The 146th Open Championship starts on Thursday, so it’s time for House and Cousin Sal to allocate a little capital. On the latest episode of Against All Odds, House listed the four guys he’s looking at this week, given their histories with the tournament and the greatest potential for big returns. The Open generally favors older winners — eight of the past 10 tournament champions were 35 or older, and the average age of the past six champs was 38.5 years old. So keeping all that in mind, here are House’s four suggestions:
House: It’s kind of a no-brainer to pick Justin Rose, [even though] I don’t love his odds at 22-to-1. In 1998, he had a top-5 [finish] at this course … as an amateur. He has been practicing at Royal Birkdale since July 10, and he [finished] fourth at the Irish Open two weeks ago. His pedigree is pretty well-established. We saw him finish second to Sergio [Garcia] and it took an extraordinary finish by Sergio at the Masters. 22-to-1, Justin Rose. We’re gonna play Justin Rose. We’re gonna put a little bit on Justin Rose, maybe like a half unit or something like that. … This feels like a terrific bargain for this guy and his pedigree–-by the way, Justin Rose is 36.
House: Adam Scott is 37 years old. He was available yesterday at 30-to-1, now he’s down to 28-to-1. He’s made the cut in the previous seven Open Championships, with four top-10s in the past five years and a T-16 nine years ago at this golf course. So he was a top-20 finisher, tied for 16th at Birkdale in 2008. He played the Scottish [Open] last week — now that’s another little tidbit here: six of the past seven Open champs played in the Scottish Open the week before. What does that have to do with anything? I can only imagine, I have no idea. [Do] the fish and chips at the Scottish propel guys to victory? That’s the way I would think about it.
Cousin Sal: I’m a little upset at Adam Scott. … He screwed me with the U.S. Open. But I will get over it. This is a different course, and you like him at 28-to-1.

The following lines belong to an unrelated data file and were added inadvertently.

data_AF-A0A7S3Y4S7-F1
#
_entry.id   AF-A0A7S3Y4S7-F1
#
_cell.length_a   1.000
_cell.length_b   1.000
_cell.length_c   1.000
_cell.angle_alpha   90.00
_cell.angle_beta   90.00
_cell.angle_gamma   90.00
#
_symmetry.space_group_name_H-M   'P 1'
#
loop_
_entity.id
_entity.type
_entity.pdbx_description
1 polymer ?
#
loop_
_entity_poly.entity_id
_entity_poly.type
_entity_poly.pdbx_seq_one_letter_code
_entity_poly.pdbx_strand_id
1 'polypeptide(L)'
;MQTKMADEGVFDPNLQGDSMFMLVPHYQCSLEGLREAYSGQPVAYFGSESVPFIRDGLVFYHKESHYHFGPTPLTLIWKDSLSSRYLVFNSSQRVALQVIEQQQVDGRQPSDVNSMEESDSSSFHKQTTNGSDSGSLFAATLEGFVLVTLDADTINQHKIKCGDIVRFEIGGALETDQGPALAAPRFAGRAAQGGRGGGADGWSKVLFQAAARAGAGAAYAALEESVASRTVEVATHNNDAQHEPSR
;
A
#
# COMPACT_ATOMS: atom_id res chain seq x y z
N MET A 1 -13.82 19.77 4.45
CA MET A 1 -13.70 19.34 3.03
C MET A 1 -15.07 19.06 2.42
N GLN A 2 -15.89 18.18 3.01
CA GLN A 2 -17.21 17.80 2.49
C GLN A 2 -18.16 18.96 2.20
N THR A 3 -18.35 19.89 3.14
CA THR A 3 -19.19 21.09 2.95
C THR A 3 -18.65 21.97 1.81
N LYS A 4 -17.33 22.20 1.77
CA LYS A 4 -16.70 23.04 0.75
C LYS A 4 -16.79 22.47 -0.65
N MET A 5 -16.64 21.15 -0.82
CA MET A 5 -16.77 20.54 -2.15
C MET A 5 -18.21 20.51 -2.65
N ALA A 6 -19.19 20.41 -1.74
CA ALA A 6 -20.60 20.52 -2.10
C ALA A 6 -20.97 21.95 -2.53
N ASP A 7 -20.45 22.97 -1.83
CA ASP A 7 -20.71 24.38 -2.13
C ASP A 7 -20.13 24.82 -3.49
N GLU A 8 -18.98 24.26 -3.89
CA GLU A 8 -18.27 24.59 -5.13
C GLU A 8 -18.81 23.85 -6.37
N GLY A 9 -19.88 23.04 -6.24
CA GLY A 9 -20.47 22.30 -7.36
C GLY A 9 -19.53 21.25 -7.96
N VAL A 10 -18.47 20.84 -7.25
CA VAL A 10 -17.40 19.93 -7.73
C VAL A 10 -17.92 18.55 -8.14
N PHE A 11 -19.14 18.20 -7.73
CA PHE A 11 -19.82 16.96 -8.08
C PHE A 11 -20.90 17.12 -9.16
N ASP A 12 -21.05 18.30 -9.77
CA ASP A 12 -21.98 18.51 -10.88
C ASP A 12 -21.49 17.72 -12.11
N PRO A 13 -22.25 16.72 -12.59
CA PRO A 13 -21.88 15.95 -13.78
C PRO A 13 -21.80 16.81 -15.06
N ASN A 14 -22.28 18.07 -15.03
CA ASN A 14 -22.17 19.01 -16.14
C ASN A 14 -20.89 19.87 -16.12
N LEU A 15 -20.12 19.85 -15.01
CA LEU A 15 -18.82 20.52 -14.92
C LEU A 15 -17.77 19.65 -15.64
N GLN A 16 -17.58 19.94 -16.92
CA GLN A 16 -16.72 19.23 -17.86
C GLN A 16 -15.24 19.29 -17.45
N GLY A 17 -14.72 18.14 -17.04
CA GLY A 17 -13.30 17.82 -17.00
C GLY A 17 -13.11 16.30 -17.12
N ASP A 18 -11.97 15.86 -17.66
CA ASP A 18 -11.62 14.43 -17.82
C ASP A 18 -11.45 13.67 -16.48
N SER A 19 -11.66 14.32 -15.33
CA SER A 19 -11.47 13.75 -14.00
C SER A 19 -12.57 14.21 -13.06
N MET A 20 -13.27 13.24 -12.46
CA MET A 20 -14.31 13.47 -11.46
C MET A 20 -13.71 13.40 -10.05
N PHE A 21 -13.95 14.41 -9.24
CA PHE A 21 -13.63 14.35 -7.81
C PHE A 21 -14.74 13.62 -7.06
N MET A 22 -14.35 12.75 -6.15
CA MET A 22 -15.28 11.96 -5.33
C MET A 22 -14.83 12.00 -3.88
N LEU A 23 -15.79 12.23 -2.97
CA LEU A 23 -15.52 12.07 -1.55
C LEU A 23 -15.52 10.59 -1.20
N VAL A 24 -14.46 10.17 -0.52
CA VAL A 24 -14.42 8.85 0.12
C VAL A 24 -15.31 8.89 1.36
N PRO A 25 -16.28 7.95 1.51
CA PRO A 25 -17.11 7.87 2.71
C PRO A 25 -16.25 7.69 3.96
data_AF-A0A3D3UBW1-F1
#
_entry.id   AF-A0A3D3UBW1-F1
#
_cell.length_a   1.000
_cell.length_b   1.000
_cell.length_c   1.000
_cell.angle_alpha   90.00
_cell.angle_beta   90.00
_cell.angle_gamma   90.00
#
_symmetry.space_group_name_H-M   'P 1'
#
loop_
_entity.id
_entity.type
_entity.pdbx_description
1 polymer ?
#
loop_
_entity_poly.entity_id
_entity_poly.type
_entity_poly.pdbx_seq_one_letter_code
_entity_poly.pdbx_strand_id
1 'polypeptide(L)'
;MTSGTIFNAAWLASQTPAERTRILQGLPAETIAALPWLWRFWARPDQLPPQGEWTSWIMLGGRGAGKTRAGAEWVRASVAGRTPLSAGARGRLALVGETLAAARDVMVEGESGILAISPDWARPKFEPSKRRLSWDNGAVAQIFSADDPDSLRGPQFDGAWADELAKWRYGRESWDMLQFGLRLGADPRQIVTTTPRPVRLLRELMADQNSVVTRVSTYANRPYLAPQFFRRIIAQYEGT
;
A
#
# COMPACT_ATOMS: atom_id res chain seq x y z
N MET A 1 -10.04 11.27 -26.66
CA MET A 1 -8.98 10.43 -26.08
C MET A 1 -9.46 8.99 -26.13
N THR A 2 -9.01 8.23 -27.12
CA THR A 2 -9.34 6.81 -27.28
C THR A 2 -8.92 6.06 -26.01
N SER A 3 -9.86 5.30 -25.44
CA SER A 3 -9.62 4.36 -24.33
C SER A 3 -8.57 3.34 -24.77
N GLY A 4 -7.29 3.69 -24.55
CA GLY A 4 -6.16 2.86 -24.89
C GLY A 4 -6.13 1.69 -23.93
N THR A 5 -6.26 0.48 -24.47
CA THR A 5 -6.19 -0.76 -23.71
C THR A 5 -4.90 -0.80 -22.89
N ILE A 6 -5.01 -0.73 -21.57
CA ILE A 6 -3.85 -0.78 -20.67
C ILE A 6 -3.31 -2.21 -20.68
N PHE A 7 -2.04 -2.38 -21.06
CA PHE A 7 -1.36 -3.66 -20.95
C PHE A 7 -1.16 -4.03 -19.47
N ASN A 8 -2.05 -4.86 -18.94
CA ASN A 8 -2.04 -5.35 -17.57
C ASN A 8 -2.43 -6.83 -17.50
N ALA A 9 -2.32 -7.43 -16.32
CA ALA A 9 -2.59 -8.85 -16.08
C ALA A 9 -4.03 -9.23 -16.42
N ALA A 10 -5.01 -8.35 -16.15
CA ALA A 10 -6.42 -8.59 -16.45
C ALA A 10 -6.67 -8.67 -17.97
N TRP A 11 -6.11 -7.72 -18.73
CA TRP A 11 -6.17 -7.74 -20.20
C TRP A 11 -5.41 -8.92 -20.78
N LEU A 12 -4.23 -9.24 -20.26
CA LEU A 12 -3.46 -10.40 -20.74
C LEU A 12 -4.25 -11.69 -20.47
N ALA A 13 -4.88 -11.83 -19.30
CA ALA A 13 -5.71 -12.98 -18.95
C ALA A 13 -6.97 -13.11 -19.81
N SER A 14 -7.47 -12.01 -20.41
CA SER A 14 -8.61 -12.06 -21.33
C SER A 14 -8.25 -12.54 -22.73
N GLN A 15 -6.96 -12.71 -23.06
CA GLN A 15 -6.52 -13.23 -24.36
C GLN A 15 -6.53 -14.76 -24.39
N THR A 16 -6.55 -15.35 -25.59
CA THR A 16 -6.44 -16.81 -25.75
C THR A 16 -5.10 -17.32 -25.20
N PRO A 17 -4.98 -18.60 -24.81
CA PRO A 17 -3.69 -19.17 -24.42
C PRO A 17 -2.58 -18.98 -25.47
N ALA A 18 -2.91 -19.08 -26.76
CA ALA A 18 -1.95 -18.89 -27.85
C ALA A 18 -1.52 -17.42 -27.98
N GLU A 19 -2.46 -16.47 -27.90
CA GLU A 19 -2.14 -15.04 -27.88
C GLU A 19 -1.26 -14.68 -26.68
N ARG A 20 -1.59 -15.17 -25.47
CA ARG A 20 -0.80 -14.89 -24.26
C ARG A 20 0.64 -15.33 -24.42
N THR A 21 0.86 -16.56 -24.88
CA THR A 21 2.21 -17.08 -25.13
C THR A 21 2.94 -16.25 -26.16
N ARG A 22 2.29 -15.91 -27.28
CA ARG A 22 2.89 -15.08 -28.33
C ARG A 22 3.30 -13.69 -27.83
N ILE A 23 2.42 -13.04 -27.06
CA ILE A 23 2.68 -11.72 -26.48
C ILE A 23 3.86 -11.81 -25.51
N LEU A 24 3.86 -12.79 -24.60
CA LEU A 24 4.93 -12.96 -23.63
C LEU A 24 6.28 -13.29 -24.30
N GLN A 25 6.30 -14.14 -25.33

House: 28-to-1 feels like a bargain. He’s been a little under the radar. He has top-10s in two of the past five outings. One curious thing: Australians have won three of the nine Open Championships hosted at Birkdale. What does that have to do with anything? I don’t know. But Adam Scott’s Australian, and 28-to-1 feels pretty good.
House: This is one of my heavy hitters this week: Matt Kuchar. Matt Kuchar is available at 50-to-1. He’s 39 years old, and he’s made the cut at the Open Championship each of the past five years. [He’s in] outstanding form. His past five events: tied for fourth; tied for 16th at the U.S. Open; another tied for fourth; a tie for 12th; and a tie for ninth. … Matt Kuchar’s available at 50-to-1. I like that.
Cousin Sal: [That’s] pretty good. He’s not a young man either — he’s right in that age range you like [at this tournament].
House: 39 years old. If you wanted to talk about [the] best [players] to have never won a major, he doesn’t quite get included in that [list], but he’s not won a major before and he would fit the narrative of guys who are due who won their first major, guys like Sergio, like Henrik Stenson, who’ve come around.
House: This is my only guy under 30 years old, and this is a bad-weather play. I’m allocating a touch of capital to Branden Grace. Branden Grace is a South African. He’s never missed a cut at the Open Championship. I like his pedigree. He has top-5 [finishes] in two different majors: a top-5 at the U.S. Open a couple of years ago at Chambers Bay, and he also has a top-5 at the PGA Championship. I like that diversity of skill. That shows … he’s adaptable. He won the RBC Heritage, which is an event down in Harbour Town in South Carolina notorious for the wind, and he also has a series of top-20s this season at venues known for wind. I like Branden Grace at 50-to-1 on a bad-weather play.
Listen to the full podcast here. This transcript has been edited and condensed.